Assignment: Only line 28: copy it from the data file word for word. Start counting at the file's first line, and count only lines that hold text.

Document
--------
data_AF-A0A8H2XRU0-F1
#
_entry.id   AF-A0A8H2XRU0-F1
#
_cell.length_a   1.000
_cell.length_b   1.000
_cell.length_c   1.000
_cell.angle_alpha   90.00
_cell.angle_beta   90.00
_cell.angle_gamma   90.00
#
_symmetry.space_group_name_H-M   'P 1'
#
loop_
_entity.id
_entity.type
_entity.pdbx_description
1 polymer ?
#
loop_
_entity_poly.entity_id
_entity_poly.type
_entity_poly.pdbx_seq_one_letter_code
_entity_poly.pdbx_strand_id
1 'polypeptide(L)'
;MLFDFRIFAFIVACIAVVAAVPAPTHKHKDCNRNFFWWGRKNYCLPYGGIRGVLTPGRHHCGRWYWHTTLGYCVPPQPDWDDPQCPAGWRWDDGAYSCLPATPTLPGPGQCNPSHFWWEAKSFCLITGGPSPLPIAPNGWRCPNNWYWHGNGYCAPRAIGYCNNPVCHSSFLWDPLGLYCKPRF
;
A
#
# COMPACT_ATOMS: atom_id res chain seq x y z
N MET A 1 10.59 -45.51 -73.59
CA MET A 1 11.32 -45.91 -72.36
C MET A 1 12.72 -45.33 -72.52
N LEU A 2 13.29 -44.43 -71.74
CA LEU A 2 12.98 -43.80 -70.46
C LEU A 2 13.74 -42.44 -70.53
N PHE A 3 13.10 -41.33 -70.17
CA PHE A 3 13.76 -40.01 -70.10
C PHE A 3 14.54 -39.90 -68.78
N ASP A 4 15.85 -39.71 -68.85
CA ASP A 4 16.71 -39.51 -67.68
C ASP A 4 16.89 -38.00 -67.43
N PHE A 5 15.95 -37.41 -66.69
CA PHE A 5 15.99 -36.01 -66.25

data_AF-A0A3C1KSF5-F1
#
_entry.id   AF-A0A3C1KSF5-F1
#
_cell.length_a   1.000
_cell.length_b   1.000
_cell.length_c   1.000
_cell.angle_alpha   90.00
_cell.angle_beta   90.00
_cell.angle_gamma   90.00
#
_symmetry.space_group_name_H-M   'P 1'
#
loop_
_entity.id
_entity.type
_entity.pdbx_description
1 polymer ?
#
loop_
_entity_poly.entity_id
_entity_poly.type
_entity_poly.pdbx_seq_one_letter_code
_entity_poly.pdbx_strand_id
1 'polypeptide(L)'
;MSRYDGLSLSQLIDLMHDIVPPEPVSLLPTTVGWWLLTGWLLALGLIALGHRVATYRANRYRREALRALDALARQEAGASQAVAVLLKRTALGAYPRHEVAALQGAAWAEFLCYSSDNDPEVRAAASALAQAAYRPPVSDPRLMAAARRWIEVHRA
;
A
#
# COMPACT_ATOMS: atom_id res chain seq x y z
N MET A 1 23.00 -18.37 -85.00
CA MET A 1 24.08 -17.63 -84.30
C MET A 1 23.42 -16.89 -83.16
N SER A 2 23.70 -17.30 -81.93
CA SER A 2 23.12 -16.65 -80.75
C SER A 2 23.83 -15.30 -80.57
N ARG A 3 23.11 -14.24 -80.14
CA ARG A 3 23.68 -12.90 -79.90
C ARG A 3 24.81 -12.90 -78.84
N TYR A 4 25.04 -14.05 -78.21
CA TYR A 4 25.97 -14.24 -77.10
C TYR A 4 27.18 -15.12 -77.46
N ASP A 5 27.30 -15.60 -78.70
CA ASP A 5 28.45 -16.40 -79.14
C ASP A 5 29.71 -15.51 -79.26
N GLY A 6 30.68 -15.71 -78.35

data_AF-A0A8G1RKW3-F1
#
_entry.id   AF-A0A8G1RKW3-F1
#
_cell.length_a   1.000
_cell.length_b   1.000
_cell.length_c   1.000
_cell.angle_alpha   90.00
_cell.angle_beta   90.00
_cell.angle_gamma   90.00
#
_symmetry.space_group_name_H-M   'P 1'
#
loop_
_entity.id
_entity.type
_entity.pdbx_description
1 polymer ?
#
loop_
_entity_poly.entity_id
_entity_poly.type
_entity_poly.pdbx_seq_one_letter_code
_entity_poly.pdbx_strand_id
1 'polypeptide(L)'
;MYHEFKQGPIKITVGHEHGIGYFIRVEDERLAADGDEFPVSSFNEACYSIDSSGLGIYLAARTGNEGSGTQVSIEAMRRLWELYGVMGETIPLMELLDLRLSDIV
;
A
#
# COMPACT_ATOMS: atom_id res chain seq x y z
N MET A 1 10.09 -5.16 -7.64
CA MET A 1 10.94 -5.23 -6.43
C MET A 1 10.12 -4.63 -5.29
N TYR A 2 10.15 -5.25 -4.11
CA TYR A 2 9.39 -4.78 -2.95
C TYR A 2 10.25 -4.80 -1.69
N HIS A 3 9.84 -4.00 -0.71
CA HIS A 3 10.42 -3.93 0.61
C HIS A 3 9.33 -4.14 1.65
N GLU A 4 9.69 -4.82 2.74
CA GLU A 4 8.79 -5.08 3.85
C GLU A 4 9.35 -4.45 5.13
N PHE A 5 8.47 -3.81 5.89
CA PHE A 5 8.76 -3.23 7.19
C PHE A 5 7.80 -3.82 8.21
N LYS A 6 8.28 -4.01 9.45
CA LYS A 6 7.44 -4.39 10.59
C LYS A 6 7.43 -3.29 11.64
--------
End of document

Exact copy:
A